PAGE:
Mini gaming devices are becoming all the rage these days, thanks to the success of devices like the SNES Classic Mini. Not to be outdone, Sony has announced a new Mini Wired Gamepad for the PS4 that’s specifically aimed at kids.
Well, kids and people with smaller hands.
Just don’t get the impression that it’s a ‘mini’ version of Sony’s popular DualShock 4 controller. The Mini Wired Gamepad is flat and 40% smaller, which means it lacks some of its bigger cousin’s standout features, like vibrations, motion sensing, the touch pad, the light bar, the speaker and even a headset jack.
It’s even wired, leading some folks on Sony’s announcement page to question the wisdom of releasing a device aimed at kids with a 10-foot-long, permanently-attached cable.
“Conveniently wired so your kids can trip on it and drop your PS4 Pro on the floor,” says a commenter named LeMatster.
AKA the ‘DualShock Essentials’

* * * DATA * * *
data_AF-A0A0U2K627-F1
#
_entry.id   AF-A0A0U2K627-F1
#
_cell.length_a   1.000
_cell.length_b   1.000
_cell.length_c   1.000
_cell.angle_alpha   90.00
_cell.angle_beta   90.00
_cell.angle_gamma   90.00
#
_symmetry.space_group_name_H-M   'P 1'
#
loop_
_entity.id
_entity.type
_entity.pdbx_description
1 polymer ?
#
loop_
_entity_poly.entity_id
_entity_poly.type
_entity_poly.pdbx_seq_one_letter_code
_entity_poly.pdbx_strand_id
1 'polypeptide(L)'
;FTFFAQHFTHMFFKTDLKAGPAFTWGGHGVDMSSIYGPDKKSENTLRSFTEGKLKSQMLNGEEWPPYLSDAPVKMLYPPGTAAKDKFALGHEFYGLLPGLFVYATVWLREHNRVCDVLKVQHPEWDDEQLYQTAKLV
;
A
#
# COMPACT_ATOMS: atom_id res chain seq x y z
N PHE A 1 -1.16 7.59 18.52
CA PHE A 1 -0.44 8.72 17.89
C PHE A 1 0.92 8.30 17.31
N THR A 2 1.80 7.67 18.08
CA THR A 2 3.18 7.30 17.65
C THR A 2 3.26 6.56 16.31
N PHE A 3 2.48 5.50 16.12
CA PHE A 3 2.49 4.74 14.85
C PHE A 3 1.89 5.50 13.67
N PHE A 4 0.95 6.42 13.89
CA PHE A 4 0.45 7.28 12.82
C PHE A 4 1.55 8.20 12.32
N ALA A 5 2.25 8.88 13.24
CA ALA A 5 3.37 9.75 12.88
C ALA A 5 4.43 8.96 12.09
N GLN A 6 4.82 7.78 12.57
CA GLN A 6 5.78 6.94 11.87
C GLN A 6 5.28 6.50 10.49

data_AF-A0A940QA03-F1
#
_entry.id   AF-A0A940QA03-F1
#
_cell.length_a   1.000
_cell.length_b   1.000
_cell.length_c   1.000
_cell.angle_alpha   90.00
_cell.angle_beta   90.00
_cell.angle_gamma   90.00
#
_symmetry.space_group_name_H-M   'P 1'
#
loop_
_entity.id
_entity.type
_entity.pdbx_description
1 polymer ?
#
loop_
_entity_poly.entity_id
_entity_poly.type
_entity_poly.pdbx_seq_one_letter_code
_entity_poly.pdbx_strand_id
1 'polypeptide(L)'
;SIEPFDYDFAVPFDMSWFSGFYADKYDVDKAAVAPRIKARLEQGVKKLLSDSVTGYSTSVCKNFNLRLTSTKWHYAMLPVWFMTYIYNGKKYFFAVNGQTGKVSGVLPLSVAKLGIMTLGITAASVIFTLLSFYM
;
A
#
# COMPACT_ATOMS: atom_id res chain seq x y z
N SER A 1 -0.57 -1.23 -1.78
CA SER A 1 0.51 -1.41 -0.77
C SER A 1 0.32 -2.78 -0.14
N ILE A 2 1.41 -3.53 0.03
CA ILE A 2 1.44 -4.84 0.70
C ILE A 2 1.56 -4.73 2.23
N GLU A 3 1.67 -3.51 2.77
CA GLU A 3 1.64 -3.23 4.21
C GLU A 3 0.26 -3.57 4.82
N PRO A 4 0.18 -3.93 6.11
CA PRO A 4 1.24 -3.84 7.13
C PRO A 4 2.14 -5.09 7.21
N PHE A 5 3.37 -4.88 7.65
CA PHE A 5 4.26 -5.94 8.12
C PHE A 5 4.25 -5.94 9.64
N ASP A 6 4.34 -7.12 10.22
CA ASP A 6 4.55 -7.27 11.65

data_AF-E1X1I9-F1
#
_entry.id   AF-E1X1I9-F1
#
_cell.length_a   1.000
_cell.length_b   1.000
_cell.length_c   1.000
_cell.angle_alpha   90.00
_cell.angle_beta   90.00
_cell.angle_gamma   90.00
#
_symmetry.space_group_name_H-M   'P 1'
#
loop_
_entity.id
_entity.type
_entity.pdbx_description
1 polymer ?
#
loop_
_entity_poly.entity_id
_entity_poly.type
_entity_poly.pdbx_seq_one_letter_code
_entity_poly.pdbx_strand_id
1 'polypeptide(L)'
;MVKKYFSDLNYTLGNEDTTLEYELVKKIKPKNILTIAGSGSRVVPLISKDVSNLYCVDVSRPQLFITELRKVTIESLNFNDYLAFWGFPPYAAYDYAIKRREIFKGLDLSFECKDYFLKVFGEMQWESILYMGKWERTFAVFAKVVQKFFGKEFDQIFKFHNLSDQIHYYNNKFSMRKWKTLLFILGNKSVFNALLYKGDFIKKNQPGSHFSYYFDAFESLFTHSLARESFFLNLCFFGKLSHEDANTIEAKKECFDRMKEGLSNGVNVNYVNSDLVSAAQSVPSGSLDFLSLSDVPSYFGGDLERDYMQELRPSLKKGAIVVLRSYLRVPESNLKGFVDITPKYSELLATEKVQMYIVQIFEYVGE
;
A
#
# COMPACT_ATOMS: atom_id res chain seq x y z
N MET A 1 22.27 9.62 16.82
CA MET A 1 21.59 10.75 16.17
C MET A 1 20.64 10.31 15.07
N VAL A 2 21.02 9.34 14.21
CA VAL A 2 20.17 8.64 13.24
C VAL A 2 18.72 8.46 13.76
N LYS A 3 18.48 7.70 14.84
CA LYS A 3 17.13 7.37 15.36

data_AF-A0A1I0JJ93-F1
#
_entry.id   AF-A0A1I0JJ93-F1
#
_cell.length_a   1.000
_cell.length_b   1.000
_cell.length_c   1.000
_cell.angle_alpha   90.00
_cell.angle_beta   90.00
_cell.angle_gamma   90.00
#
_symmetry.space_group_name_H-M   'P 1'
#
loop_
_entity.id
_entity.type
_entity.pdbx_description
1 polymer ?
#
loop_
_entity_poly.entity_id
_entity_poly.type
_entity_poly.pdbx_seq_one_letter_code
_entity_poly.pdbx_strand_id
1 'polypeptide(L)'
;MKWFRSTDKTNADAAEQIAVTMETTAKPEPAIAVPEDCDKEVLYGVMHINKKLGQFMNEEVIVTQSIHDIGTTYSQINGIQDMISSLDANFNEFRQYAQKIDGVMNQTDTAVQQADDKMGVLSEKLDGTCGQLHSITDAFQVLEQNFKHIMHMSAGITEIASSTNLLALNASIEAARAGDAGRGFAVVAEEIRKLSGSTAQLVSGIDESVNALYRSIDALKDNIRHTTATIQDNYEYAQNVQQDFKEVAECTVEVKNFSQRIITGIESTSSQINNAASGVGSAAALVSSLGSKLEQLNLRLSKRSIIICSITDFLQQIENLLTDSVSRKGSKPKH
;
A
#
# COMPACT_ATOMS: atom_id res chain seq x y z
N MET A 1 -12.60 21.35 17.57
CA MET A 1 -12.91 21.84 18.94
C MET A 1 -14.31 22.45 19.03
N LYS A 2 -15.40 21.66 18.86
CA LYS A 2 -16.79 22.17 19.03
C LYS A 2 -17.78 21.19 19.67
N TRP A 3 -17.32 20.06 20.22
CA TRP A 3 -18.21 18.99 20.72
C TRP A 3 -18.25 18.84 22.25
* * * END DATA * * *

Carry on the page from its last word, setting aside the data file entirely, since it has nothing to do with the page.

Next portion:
But, otherwise the Mini Wired Gamepad comes with what Sony calls ‘essential functions,’ including the right and left analog sticks, the two shoulder buttons and two triggers, a directional pad and the four action buttons. If you’re just wanting to play games, it gets the job done.
A new, small button visible in the product photos appears to take the place of the touch pad, which should come in handy for games that use it for separate menus. Sony also claims you’ll be able to use the analog sticks to mimic certain touch gestures.
At $30 (around £23/AU$38), it costs half as much as its fully featured counterpart, which makes it an attractive buy if you’re just looking for a tike-sized controller. If you’re specifically looking for an extra gamepad, though, you’re probably better off just paying double for another DualShock 4.
Sony says the device will be available in the US and Canada sometime ‘this holiday,’ but hasn’t specified a wider release sorry, UK and Australia readers.
- These are surely to be a hit this Black Friday 2017
The post Sony’s PS4 Mini Wired Gamepad looks to win with kids this Christmas season appeared first on Tech News Blogs.
Powered by WPeMatico